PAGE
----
Flying High in Robinson's Aerospace Program
For the past 14 years, Jeffrey Kaloostian has been teaching at Robinson High School.
About five years ago, he started teaching new subjects in a new way—subjects inspired by the skies above.
In an innovative partnership, Kaloostian teaches Dual Enrollment courses that earn students both high school credit and college credit from Embry-Riddle Aeronautical University in Daytona Beach.
His students at Robinson learn how airplanes fly, and the fascinating details of small "drones" or Unmanned Aerial Systems (UAS), model rockets and even research in outer space. But it's the hands-on experience that many find the most fascinating.
“We have students fly drones, build airplanes and learn how to fly a plane with our flight simulator,” said Kaloostian.
He has helped instill a passion for aerospace in many of the students he teaches.
“It’s rewarding to watch kids get inspired to do something in aerospace,” said Kaloostian. “We have had a number of kids go to the National Aviation Academy in Clearwater and get their airframe and powerplant license. We usually have two juniors a year take pilot lessons to become pilots.”
Mr. Kaloostian—or “Mr. K,” as the students call him—is a retired U.S. Air Force pilot.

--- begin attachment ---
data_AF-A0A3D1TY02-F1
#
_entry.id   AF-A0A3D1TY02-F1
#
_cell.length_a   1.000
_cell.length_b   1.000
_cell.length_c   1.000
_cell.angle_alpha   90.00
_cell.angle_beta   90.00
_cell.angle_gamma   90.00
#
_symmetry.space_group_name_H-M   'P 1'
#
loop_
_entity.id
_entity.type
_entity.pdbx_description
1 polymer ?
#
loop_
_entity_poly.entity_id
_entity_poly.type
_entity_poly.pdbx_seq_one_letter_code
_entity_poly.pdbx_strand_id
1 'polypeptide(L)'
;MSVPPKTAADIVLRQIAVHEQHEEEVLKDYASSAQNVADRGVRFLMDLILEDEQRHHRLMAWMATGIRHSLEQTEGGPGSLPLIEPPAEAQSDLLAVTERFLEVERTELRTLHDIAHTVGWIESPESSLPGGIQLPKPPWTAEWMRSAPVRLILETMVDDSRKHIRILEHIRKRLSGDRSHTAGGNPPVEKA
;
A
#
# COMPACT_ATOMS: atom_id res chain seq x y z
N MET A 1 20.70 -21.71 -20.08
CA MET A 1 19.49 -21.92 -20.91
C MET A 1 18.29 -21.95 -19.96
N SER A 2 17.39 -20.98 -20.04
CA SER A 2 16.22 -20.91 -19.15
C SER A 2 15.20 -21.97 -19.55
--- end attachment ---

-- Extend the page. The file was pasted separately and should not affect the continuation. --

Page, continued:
“I flew the KC-135 aerial tanker and B-1B bomber for 28 years, and now fly general aviation Cessnas and anything else when somebody will let me,” said Kaloostian.
Since Kaloostian started teaching the Dual Enrollment courses through Embry-Riddle's Gaetz Aerospace Institute, he has had 12 graduates go on to attend Embry-Riddle Aeronautical University. It’s the world's largest, fully accredited university specializing in aviation and aerospace.
The Aerospace program at Robinson sets students up for success.
Some went on to work as pilots for commercial airlines like Frontier. Others are staying on the ground, fixing and building aircraft.
“One student is now working for Lockheed Martin, working on C-130s and fighter jets,” said Kaloostian.
Robinson Senior Johnathan Joyner, who has been in the program all four years, credits his love of flying to Mr. K.
“Developing such a good relationship with him has really helped me throughout high school, just having a mentor and having Mr. K support me,” said Joyner.
Joyner’s future is looking bright. He plans to attend the University of South Florida’s ROTC program, then join the U.S. Navy with the end goal of becoming a pilot.
“This program really helps people learn about all the aspects of flying, because some people think that flying is scary but it’s actually very safe,” said Joyner. “We learned why wings are shaped the way they are, how to build a kite and even building an actual airplane. It’s so fascinating.”
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